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Tracy Frank, Published February 21 2014

Weather, challenging harvest could increase potential storage problems

FARGO - This is a critical time of year for farmers to check their stored grain, said Ken Hellevang, North Dakota State University Extension Service agricultural engineer.

Early snow, a cool fall and early cold winter temperatures made last year challenging for the corn and sunflower harvest, he said in a news release.

“This year, there are some things that are contributing to the increased likelihood of problems,” he said in an interview. “We had a lot of moisture variation in the grain as it was harvested and put into storage. In some areas the grain was not adequately dry as it went into storage. Both of those are going to increase the potential for storage problems. Another thing is when we have temperature variations that occur that can cause condensation issues and moisture accumulation in the bin.”

If farmers don’t check their stored grain and damage occurs, the losses could be substantial, he said.

“It’s critical that they be monitoring that stored grain to make sure that something isn’t happening that’s affecting the value of that stored grain,” he said.

When it’s cold outside, Hellevang said checking stored grain can be one of those tasks producers may overlook. But he recommends checking stored grain every three or four weeks during winter months. As temperatures warm up, farmers will have to check their stored grain every couple of weeks, due to solar heat gain on the bins, he said.

As spring approaches, it’s important to know the grain temperature and moisture content to make appropriate management decisions to maintain the grain’s quality, he said.

Doug Reimers farms corn, soybeans, and wheat north of Jamestown, N.D..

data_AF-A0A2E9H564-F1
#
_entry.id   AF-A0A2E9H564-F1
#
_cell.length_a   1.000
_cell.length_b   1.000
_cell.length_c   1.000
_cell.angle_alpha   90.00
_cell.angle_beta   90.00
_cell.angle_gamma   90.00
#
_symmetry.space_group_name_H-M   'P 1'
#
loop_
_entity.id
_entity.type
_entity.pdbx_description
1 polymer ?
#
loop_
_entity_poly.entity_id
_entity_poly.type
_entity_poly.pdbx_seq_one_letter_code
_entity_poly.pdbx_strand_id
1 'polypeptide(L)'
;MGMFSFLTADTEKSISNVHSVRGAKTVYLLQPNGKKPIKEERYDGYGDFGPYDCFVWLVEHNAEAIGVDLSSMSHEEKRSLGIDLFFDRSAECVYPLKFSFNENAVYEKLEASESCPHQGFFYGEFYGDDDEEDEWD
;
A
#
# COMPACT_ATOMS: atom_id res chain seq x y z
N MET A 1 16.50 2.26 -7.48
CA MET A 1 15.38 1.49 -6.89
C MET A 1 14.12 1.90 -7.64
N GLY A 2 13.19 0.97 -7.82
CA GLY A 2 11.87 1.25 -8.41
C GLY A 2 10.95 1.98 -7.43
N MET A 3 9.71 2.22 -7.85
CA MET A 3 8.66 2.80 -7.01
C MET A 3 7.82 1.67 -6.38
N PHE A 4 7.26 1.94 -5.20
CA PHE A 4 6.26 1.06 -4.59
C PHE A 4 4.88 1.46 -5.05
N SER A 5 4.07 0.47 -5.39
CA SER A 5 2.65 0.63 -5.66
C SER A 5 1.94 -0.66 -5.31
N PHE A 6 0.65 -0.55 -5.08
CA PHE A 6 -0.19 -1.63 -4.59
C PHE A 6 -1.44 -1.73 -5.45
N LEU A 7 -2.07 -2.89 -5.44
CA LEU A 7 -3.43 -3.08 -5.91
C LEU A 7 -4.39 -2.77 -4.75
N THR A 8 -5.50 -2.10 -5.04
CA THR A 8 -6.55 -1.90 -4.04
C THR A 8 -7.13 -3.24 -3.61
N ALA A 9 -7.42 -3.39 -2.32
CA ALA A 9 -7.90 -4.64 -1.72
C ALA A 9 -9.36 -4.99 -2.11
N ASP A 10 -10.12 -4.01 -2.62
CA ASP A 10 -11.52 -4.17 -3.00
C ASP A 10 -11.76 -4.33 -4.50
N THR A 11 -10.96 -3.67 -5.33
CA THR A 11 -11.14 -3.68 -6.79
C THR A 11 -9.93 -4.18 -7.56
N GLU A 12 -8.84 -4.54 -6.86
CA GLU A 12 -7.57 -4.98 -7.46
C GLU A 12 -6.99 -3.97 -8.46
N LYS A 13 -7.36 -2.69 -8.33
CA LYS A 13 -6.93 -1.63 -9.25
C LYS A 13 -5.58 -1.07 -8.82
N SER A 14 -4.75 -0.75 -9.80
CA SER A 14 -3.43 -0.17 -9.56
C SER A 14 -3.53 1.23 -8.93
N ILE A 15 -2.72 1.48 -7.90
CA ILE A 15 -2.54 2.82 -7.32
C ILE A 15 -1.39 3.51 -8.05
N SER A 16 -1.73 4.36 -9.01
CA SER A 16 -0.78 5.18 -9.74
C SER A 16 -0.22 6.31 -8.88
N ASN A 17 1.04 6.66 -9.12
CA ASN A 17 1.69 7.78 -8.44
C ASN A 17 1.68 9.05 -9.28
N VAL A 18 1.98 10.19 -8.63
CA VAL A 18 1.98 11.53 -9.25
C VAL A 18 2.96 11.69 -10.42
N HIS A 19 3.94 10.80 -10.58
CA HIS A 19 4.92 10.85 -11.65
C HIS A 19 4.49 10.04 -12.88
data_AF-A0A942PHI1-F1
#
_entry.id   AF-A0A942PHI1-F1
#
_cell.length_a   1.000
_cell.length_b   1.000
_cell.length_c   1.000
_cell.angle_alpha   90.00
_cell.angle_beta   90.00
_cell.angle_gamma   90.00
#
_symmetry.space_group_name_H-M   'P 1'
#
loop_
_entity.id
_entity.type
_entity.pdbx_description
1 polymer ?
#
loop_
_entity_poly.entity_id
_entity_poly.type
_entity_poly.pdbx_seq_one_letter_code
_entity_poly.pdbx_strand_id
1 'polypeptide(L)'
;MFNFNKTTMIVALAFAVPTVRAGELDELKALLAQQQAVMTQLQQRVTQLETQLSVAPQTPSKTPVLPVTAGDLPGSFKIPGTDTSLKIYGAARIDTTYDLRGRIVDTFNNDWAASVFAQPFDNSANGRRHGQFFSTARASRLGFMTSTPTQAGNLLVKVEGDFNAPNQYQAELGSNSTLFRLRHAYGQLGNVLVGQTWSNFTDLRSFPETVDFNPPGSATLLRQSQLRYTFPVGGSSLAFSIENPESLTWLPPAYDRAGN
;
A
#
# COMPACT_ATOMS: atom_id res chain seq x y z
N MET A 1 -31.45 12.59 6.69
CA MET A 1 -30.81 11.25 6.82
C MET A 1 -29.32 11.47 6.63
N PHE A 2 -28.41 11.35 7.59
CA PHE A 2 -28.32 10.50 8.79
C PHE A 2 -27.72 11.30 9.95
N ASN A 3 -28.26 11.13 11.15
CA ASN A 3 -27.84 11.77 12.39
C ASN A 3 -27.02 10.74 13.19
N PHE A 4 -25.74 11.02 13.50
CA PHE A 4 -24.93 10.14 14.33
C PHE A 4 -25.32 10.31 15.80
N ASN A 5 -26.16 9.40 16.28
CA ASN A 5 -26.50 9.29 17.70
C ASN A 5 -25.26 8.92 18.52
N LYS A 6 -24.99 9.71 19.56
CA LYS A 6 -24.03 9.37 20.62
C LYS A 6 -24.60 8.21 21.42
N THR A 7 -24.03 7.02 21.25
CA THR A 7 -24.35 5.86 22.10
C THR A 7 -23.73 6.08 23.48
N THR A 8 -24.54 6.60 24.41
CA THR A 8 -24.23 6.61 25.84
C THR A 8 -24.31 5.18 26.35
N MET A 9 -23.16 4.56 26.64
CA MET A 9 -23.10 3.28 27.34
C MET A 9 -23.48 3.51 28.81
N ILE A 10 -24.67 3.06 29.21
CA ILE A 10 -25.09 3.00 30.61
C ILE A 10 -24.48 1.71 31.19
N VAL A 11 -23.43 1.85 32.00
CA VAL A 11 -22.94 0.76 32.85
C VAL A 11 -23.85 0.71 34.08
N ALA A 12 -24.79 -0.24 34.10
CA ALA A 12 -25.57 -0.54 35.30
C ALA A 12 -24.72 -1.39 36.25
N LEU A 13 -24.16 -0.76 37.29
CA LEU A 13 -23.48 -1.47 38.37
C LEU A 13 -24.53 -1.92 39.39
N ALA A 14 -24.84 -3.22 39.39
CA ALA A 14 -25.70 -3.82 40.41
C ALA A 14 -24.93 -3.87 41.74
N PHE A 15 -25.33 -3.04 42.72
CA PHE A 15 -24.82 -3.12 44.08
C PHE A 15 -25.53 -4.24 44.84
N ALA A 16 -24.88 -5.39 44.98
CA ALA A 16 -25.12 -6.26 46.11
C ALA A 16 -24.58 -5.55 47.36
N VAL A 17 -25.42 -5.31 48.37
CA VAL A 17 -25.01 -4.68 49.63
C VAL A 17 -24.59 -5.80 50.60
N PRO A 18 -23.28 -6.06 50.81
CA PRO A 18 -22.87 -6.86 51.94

The grain is stored in full floor air grain bins. In the last couple of years, Reimers Farms started using a system called BinManager, which has moisture and temperature cables that hang throughout the grain bin, in some of their bins, he said.

“I can check it online from my cell phone,” Reimers said. “I can see in 4-foot increments throughout the whole entire grain bin, the temperature and moisture of the grain.”

The system helps ensure better grain quality, but it’s not cheap, Reimers said.

The bins without the system still need to be checked by hand.

When checking stored grain, Hellevang gave the following recommendations:

• Search for small changes that could indicate potential problems.

• Grain temperature should be at 20 to 30 degrees. The allowable storage time approximately doubles for every 10 degrees the grain is cooled, but cooling corn below about 20 degrees has no benefit and may increase the potential for condensation on the grain when aerating with warmer air.

• Aeration is not necessary if the grain is at the appropriate temperature.

• Watch for solar radiation as it can cause storage problems by warming stored grain.

(The daily total solar energy heating the south side of a grain bin on Feb. 21 is more than twice the amount as on June 21, Hellevang said, so grain next to the bin wall may be warmer than the average outdoor air temperature.)

• Grain warming is typically limited to a couple of feet near the bin wall and a few feet at the top of the bin, so monitor grain temperature at least in those locations to determine when to operate an aeration fan.

• Do not operate the fan during rain, fog or snow to minimize blowing moisture into the bin,

• Bin vents may frost or ice over if fans are operated when the outdoor air temperature is near or below freezing, which may damage the bin roof. Open or unlatch the fill or access cover during fan operation to serve as a pressure relief valve. Cover the aeration fan when the fan is not operating to prevent pests and moisture from entering the bin and warm wind from heating the grain.

• Collect grain samples and check the moisture content to make sure it is at the desired level.

Many grain moisture meters are not accurate at grain temperatures below about 40 degrees, so when it’s cold, place it in a sealed container, such as a plastic bag, and warm it to room temperature before checking the moisture content.

Hellevang also notes that wet stored grain increases grain-handling hazards.

Low-level exposure to dust and mold can cause symptoms such as wheezing, a sore throat, nasal or eye irrigation, and congestion, he said, noting that higher concentrations can cause allergic reactions, and trigger asthma episodes and other problems.

Grain suffocation is also likely if entering a bin while unloading, Hellevang said, adding that no one should ever enter a grain bin without stopping the auger and using the “lock-out/tag-out” procedures to secure it.

Readers can reach Forum reporter Tracy Frank at (701) 241-5526